The Problems with T’au Troops

Last week, I discussed the idea of a new transport for the T’au. I would argue that there are a number of reasons that the T’au need a new ride, but overall the point of a transport in 40k is to protect the models inside. Of course, transports, and vehicles in general, have a variety of uses on the tabletop, but getting models from A to B is probably the most important.

But this is only a problem because the T’au offers so little in the way of resilient infantry. The humble Fire Warrior, both the Strike and Breacher variety, is a Toughness 3, 4+ Save model. And while Breachers have access to a 5+ invulnerable save, most anti-infantry firepower will put a serious dent in a Fire Warrior unit.

And of course, the issue of sub-par infantry is only the tip of the iceberg when it comes to the faction’s problems, but infantry are such an integral part of 9th edition that the subject deserves more exploration.

As I mentioned last week, the T’au does have an equivalent to the Intercessor and the Heavy Intercessor. The problem, however, is that Stealth Suits and Crisis Suits aren’t nearly as useful as Intercessors and Heavy Intercessors. At a glance, these units look similar, but the Battlesuits don’t offer T’au players nearly as much as Emperor’s finest offer Marines players.

There is a simple solution to this problem. In the next T’au codex, Games Workshop could add a Battlesuit unit to the Troops slot. Imagine something roughly the size of a Stealth Suit but without the stealth capabilities. There are all sorts of interesting places GW could take such a unit, but would it be a good move for the faction?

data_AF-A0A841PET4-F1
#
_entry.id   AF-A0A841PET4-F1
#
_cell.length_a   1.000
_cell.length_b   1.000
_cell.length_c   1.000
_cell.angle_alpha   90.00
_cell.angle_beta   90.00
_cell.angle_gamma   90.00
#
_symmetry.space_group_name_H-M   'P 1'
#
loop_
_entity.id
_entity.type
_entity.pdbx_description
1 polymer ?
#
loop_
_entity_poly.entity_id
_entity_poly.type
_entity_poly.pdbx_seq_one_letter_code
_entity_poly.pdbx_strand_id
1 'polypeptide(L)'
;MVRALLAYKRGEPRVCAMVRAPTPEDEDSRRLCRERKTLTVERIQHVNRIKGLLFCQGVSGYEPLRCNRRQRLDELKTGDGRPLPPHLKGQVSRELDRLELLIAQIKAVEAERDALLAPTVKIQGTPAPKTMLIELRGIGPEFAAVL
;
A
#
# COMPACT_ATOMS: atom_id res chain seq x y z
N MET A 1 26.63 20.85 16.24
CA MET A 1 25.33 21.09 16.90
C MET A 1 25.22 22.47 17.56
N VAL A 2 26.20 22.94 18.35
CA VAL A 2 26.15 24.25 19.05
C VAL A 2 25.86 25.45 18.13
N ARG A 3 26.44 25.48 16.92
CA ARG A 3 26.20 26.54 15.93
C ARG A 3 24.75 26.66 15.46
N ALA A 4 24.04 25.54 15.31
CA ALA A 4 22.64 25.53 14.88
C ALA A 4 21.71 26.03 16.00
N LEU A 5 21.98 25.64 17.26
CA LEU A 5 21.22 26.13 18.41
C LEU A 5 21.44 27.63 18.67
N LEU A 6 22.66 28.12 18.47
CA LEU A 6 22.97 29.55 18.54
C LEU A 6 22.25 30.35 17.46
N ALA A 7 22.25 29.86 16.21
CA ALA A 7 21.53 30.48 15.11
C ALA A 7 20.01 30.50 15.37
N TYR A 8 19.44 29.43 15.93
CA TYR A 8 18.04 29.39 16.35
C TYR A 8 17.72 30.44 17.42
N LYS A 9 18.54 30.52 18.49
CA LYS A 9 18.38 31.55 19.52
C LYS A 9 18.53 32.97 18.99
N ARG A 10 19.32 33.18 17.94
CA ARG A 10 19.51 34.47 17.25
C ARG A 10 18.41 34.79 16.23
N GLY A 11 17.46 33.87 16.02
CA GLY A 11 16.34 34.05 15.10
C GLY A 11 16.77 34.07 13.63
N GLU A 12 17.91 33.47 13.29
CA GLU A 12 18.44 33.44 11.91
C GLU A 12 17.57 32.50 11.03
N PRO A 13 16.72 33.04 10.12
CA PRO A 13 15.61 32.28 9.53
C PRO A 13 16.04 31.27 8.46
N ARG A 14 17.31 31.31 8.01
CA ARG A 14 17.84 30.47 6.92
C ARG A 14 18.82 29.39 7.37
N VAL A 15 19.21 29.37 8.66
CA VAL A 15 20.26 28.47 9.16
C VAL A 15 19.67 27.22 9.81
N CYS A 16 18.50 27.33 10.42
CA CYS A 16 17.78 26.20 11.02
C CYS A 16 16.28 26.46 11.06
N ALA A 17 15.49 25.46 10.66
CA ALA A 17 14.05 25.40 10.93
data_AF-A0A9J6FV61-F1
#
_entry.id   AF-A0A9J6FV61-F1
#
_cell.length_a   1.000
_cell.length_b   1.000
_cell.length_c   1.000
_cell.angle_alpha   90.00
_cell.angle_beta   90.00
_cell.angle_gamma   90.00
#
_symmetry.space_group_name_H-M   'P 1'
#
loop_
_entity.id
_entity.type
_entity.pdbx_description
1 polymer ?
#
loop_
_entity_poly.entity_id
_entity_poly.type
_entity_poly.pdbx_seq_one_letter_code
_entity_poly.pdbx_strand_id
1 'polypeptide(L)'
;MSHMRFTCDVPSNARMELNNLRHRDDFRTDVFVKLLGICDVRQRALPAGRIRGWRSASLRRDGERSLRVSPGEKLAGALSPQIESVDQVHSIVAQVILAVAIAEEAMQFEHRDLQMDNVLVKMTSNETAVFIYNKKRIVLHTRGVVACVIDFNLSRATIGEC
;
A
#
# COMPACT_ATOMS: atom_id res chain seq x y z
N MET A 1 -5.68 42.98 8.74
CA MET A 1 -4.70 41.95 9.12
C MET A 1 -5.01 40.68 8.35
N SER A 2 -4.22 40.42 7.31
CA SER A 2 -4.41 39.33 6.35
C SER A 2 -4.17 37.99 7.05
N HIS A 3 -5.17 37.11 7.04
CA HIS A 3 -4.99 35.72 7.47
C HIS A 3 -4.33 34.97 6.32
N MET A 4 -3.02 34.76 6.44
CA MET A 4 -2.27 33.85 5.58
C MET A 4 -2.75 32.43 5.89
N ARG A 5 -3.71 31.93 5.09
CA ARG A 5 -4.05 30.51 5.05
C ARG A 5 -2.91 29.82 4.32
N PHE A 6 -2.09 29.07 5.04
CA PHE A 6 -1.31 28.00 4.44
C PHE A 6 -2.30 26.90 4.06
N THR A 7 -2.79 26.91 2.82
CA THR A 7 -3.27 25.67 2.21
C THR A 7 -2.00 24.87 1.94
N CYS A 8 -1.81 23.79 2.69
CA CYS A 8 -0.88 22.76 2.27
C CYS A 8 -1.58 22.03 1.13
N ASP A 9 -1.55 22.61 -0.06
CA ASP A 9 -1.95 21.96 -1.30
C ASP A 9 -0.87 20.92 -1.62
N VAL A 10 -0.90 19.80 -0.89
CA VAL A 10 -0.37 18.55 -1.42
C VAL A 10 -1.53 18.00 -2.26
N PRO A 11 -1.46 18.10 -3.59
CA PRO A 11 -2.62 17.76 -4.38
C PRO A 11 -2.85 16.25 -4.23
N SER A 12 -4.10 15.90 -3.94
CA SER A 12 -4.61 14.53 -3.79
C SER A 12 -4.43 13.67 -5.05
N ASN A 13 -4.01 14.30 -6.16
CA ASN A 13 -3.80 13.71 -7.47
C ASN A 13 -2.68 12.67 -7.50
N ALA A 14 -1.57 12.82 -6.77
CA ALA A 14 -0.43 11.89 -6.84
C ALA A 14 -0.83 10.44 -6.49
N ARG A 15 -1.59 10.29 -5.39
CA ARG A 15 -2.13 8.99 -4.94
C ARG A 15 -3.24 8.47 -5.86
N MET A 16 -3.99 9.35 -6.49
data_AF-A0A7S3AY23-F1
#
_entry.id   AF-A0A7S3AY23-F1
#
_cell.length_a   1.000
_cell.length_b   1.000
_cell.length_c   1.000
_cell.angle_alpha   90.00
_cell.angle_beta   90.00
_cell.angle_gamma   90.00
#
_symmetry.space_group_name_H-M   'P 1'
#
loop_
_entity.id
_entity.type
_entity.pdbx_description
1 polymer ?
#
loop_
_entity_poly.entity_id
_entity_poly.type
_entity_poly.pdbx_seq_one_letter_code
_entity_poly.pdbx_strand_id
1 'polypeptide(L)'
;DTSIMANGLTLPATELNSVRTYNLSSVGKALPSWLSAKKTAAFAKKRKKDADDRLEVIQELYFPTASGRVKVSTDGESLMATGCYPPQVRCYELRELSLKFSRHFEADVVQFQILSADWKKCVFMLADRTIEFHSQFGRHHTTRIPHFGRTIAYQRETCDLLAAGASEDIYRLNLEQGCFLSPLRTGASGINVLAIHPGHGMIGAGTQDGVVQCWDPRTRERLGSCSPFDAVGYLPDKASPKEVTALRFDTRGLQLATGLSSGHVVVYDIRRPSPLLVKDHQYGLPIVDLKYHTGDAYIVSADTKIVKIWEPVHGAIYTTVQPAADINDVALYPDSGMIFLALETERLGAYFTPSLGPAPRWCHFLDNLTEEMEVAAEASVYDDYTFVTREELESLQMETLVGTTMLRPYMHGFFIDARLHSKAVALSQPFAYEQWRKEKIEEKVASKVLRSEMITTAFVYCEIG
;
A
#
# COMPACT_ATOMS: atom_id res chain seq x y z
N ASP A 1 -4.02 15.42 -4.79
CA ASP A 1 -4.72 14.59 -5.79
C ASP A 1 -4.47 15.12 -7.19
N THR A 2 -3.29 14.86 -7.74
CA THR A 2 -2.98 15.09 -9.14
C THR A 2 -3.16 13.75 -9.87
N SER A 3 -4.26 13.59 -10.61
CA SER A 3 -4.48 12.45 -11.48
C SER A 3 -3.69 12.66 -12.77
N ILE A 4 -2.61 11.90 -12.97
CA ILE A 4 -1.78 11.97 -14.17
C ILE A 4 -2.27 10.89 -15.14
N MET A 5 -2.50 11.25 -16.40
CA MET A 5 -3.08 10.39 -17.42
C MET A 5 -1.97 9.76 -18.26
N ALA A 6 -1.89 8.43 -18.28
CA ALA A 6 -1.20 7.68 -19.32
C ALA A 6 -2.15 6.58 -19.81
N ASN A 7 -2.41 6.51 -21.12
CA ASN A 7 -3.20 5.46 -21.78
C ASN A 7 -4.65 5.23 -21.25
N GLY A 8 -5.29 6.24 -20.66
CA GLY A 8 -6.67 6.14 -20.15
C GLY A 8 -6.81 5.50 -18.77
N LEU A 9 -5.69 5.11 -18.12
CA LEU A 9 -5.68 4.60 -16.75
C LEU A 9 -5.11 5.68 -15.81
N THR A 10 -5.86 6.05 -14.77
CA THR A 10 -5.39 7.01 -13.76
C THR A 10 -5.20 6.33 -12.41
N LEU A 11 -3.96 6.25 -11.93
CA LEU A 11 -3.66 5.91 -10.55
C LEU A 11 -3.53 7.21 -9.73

Let’s be more specific. It’s obvious that adding a new option to the Troops slot would improve the T’au. This much is clear. But would it be a good direction to take the faction? This is a more interesting question.

In editions past, T’au players — Farsight Enclaves players to be more precise — have had access to Crisis Suits in the Troops slot. This was a cool idea, and indeed it might be a cool idea in the near future, but overall I would argue that it doesn’t really solve the problem of poor options in the Troops slot. Crisis Suits are just a little too expensive to work effectively in such a role.

Of course, GW could make Crisis Suits cheaper. That would be one way of solving the problem. But Crisis Suits have been quite tricky to get right over the course of 8th edition. We only got to a point at which T’au players were beginning to field them again at the end of the edition. As soon as 9th edition was released, however, Crisis Suits lost a lot of their sheen again.

While it’s certainly possible that we could see the proper return of Crisis Suits in the next T’au codex, I think it’s unlikely that we will see them as viable options in the Troops slot. Here’s why I think so: GW will almost certainly release a couple of new Battlesuits when the army is updated for 9th edition, and GW will want to incentivise players to purchase these new Battlesuits.

If we’re going to see Troop-slot Battlesuits, then, GW will want players to purchase shiny new kits, so I would imagine that we would see something entirely new.